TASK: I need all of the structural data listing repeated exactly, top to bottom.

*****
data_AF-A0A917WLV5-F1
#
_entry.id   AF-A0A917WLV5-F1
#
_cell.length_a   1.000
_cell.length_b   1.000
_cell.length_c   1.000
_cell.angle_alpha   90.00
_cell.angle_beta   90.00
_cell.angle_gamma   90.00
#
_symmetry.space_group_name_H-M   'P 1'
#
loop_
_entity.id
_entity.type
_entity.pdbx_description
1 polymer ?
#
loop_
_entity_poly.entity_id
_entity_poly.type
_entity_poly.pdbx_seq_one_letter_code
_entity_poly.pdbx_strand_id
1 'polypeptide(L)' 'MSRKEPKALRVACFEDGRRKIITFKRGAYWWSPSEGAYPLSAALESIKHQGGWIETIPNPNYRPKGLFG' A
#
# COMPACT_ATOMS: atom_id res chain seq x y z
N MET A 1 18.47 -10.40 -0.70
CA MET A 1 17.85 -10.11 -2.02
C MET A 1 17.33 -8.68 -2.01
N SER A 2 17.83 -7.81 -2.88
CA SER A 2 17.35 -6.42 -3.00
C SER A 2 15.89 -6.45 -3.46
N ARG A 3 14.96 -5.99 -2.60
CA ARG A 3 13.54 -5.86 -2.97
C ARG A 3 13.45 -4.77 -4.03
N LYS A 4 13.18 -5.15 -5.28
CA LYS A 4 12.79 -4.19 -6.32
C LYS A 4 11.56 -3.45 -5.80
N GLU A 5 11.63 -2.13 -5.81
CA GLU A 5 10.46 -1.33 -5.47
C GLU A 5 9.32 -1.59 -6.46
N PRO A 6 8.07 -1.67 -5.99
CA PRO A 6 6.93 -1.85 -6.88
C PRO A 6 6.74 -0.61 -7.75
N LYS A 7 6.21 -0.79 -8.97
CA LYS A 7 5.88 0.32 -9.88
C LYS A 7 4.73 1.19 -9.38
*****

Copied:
data_AF-A0A917WLV5-F1
#
_entry.id   AF-A0A917WLV5-F1
#
_cell.length_a   1.000
_cell.length_b   1.000
_cell.length_c   1.000
_cell.angle_alpha   90.00
_cell.angle_beta   90.00
_cell.angle_gamma   90.00
#
_symmetry.space_group_name_H-M   'P 1'
#
loop_
_entity.id
_entity.type
_entity.pdbx_description
1 polymer ?
#
loop_
_entity_poly.entity_id
_entity_poly.type
_entity_poly.pdbx_seq_one_letter_code
_entity_poly.pdbx_strand_id
1 'polypeptide(L)' 'MSRKEPKALRVACFEDGRRKIITFKRGAYWWSPSEGAYPLSAALESIKHQGGWIETIPNPNYRPKGLFG' A
#
# COMPACT_ATOMS: atom_id res chain seq x y z
N MET A 1 18.47 -10.40 -0.70
CA MET A 1 17.85 -10.11 -2.02
C MET A 1 17.33 -8.68 -2.01
N SER A 2 17.83 -7.81 -2.88
CA SER A 2 17.35 -6.42 -3.00
C SER A 2 15.89 -6.45 -3.46
N ARG A 3 14.96 -5.99 -2.60
CA ARG A 3 13.54 -5.86 -2.97
C ARG A 3 13.45 -4.77 -4.03
N LYS A 4 13.18 -5.15 -5.28
CA LYS A 4 12.79 -4.19 -6.32
C LYS A 4 11.56 -3.45 -5.80
N GLU A 5 11.63 -2.13 -5.81
CA GLU A 5 10.46 -1.33 -5.47
C GLU A 5 9.32 -1.59 -6.46
N PRO A 6 8.07 -1.67 -5.99
CA PRO A 6 6.93 -1.85 -6.88
C PRO A 6 6.74 -0.61 -7.75
N LYS A 7 6.21 -0.79 -8.97
CA LYS A 7 5.88 0.32 -9.88
C LYS A 7 4.73 1.19 -9.38